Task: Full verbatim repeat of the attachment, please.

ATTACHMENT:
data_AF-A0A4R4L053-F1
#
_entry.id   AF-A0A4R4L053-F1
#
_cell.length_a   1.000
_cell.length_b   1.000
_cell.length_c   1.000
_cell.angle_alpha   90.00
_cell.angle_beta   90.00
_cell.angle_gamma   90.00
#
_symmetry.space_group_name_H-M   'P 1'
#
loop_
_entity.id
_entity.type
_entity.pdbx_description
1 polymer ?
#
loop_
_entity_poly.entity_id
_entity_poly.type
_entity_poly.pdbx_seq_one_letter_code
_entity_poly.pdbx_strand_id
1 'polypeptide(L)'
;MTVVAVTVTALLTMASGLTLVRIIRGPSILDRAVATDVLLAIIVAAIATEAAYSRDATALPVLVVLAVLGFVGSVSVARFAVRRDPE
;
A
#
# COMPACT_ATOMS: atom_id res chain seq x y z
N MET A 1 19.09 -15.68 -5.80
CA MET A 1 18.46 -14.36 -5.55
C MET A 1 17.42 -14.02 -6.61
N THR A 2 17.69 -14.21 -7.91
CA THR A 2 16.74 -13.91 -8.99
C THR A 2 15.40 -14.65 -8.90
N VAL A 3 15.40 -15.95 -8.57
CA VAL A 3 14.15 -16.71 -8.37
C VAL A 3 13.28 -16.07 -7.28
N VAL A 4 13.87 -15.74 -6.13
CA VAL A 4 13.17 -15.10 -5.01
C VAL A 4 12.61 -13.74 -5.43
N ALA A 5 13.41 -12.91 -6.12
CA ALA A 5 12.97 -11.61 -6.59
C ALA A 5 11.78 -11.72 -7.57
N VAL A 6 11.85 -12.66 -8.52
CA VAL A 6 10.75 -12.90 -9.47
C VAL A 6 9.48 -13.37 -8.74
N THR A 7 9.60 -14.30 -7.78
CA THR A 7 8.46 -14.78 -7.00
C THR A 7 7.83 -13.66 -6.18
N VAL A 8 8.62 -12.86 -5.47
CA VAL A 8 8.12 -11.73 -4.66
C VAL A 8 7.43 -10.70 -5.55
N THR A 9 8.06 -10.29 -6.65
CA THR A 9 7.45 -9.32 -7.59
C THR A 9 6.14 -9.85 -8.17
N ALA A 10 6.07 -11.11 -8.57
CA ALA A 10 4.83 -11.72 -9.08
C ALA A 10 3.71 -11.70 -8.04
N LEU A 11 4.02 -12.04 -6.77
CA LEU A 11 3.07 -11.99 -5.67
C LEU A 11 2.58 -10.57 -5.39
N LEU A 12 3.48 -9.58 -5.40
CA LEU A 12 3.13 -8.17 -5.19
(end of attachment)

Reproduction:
data_AF-A0A4R4L053-F1
#
_entry.id   AF-A0A4R4L053-F1
#
_cell.length_a   1.000
_cell.length_b   1.000
_cell.length_c   1.000
_cell.angle_alpha   90.00
_cell.angle_beta   90.00
_cell.angle_gamma   90.00
#
_symmetry.space_group_name_H-M   'P 1'
#
loop_
_entity.id
_entity.type
_entity.pdbx_description
1 polymer ?
#
loop_
_entity_poly.entity_id
_entity_poly.type
_entity_poly.pdbx_seq_one_letter_code
_entity_poly.pdbx_strand_id
1 'polypeptide(L)'
;MTVVAVTVTALLTMASGLTLVRIIRGPSILDRAVATDVLLAIIVAAIATEAAYSRDATALPVLVVLAVLGFVGSVSVARFAVRRDPE
;
A
#
# COMPACT_ATOMS: atom_id res chain seq x y z
N MET A 1 19.09 -15.68 -5.80
CA MET A 1 18.46 -14.36 -5.55
C MET A 1 17.42 -14.02 -6.61
N THR A 2 17.69 -14.21 -7.91
CA THR A 2 16.74 -13.91 -8.99
C THR A 2 15.40 -14.65 -8.90
N VAL A 3 15.40 -15.95 -8.57
CA VAL A 3 14.15 -16.71 -8.37
C VAL A 3 13.28 -16.07 -7.28
N VAL A 4 13.87 -15.74 -6.13
CA VAL A 4 13.17 -15.10 -5.01
C VAL A 4 12.61 -13.74 -5.43
N ALA A 5 13.41 -12.91 -6.12
CA ALA A 5 12.97 -11.61 -6.59
C ALA A 5 11.78 -11.72 -7.57
N VAL A 6 11.85 -12.66 -8.52
CA VAL A 6 10.75 -12.90 -9.47
C VAL A 6 9.48 -13.37 -8.74
N THR A 7 9.60 -14.30 -7.78
CA THR A 7 8.46 -14.78 -7.00
C THR A 7 7.83 -13.66 -6.18
N VAL A 8 8.62 -12.86 -5.47
CA VAL A 8 8.12 -11.73 -4.66
C VAL A 8 7.43 -10.70 -5.55
N THR A 9 8.06 -10.29 -6.65
CA THR A 9 7.45 -9.32 -7.59
C THR A 9 6.14 -9.85 -8.17
N ALA A 10 6.07 -11.11 -8.57
CA ALA A 10 4.83 -11.72 -9.08
C ALA A 10 3.71 -11.70 -8.04
N LEU A 11 4.02 -12.04 -6.77
CA LEU A 11 3.07 -11.99 -5.67
C LEU A 11 2.58 -10.57 -5.39
N LEU A 12 3.48 -9.58 -5.40
CA LEU A 12 3.13 -8.17 -5.19